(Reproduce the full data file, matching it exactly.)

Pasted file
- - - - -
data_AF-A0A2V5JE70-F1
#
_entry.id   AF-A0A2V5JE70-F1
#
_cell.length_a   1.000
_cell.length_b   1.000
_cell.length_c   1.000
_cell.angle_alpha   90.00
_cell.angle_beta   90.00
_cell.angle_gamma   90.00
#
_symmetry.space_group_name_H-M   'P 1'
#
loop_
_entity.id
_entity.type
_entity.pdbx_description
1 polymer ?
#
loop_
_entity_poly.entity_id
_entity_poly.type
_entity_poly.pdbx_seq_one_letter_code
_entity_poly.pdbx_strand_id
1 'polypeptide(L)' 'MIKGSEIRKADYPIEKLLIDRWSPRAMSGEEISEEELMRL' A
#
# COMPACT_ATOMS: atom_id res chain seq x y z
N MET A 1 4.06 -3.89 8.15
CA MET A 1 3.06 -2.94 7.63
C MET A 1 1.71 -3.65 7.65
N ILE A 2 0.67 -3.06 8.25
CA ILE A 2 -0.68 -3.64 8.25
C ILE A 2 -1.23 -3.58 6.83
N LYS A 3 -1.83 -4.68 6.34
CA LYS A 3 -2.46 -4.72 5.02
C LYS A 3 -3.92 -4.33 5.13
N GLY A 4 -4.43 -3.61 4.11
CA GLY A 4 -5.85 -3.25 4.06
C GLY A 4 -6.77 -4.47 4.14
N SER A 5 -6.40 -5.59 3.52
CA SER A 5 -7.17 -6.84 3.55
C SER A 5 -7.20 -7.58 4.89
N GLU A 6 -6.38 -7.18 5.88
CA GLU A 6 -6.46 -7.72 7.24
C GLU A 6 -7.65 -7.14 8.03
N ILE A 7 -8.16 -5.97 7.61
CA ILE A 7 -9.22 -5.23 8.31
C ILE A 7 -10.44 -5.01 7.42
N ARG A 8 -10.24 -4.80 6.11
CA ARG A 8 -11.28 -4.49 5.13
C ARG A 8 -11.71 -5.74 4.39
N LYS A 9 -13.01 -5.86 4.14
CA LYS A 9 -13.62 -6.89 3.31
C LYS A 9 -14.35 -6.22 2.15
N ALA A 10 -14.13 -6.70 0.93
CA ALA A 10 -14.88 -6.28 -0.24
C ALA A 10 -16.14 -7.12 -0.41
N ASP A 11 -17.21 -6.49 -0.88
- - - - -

data_AF-A0A2V5JE70-F1
#
_entry.id   AF-A0A2V5JE70-F1
#
_cell.length_a   1.000
_cell.length_b   1.000
_cell.length_c   1.000
_cell.angle_alpha   90.00
_cell.angle_beta   90.00
_cell.angle_gamma   90.00
#
_symmetry.space_group_name_H-M   'P 1'
#
loop_
_entity.id
_entity.type
_entity.pdbx_description
1 polymer ?
#
loop_
_entity_poly.entity_id
_entity_poly.type
_entity_poly.pdbx_seq_one_letter_code
_entity_poly.pdbx_strand_id
1 'polypeptide(L)' 'MIKGSEIRKADYPIEKLLIDRWSPRAMSGEEISEEELMRL' A
#
# COMPACT_ATOMS: atom_id res chain seq x y z
N MET A 1 4.06 -3.89 8.15
CA MET A 1 3.06 -2.94 7.63
C MET A 1 1.71 -3.65 7.65
N ILE A 2 0.67 -3.06 8.25
CA ILE A 2 -0.68 -3.64 8.25
C ILE A 2 -1.23 -3.58 6.83
N LYS A 3 -1.83 -4.68 6.34
CA LYS A 3 -2.46 -4.72 5.02
C LYS A 3 -3.92 -4.33 5.13
N GLY A 4 -4.43 -3.61 4.11
CA GLY A 4 -5.85 -3.25 4.06
C GLY A 4 -6.77 -4.47 4.14
N SER A 5 -6.40 -5.59 3.52
CA SER A 5 -7.17 -6.84 3.55
C SER A 5 -7.20 -7.58 4.89
N GLU A 6 -6.38 -7.18 5.88
CA GLU A 6 -6.46 -7.72 7.24
C GLU A 6 -7.65 -7.14 8.03
N ILE A 7 -8.16 -5.97 7.61
CA ILE A 7 -9.22 -5.23 8.31
C ILE A 7 -10.44 -5.01 7.42
N ARG A 8 -10.24 -4.80 6.11
CA ARG A 8 -11.28 -4.49 5.13
C ARG A 8 -11.71 -5.74 4.39
N LYS A 9 -13.01 -5.86 4.14
CA LYS A 9 -13.62 -6.89 3.31
C LYS A 9 -14.35 -6.22 2.15
N ALA A 10 -14.13 -6.70 0.93
CA ALA A 10 -14.88 -6.28 -0.24
C ALA A 10 -16.14 -7.12 -0.41
N ASP A 11 -17.21 -6.49 -0.88